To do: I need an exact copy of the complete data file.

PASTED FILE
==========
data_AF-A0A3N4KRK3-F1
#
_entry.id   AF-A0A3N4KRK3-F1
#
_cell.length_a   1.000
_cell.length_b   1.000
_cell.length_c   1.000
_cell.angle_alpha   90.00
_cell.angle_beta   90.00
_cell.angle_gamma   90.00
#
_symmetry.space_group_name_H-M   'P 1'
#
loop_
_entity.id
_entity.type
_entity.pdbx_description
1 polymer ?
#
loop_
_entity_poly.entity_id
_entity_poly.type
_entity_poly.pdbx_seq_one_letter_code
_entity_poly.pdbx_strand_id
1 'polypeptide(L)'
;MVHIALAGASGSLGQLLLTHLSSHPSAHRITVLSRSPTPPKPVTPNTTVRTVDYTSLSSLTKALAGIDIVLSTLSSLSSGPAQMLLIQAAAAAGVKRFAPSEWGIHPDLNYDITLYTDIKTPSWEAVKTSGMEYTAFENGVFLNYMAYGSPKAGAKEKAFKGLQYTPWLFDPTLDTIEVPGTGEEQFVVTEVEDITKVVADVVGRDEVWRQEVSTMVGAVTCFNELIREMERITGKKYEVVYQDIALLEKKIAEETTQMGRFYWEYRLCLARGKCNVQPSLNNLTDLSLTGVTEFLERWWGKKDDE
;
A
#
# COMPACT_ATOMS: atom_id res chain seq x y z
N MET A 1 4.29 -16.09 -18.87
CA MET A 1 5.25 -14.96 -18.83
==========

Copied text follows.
data_AF-A0A3N4KRK3-F1
#
_entry.id   AF-A0A3N4KRK3-F1
#
_cell.length_a   1.000
_cell.length_b   1.000
_cell.length_c   1.000
_cell.angle_alpha   90.00
_cell.angle_beta   90.00
_cell.angle_gamma   90.00
#
_symmetry.space_group_name_H-M   'P 1'
#
loop_
_entity.id
_entity.type
_entity.pdbx_description
1 polymer ?
#
loop_
_entity_poly.entity_id
_entity_poly.type
_entity_poly.pdbx_seq_one_letter_code
_entity_poly.pdbx_strand_id
1 'polypeptide(L)'
;MVHIALAGASGSLGQLLLTHLSSHPSAHRITVLSRSPTPPKPVTPNTTVRTVDYTSLSSLTKALAGIDIVLSTLSSLSSGPAQMLLIQAAAAAGVKRFAPSEWGIHPDLNYDITLYTDIKTPSWEAVKTSGMEYTAFENGVFLNYMAYGSPKAGAKEKAFKGLQYTPWLFDPTLDTIEVPGTGEEQFVVTEVEDITKVVADVVGRDEVWRQEVSTMVGAVTCFNELIREMERITGKKYEVVYQDIALLEKKIAEETTQMGRFYWEYRLCLARGKCNVQPSLNNLTDLSLTGVTEFLERWWGKKDDE
;
A
#
# COMPACT_ATOMS: atom_id res chain seq x y z
N MET A 1 4.29 -16.09 -18.87
CA MET A 1 5.25 -14.96 -18.83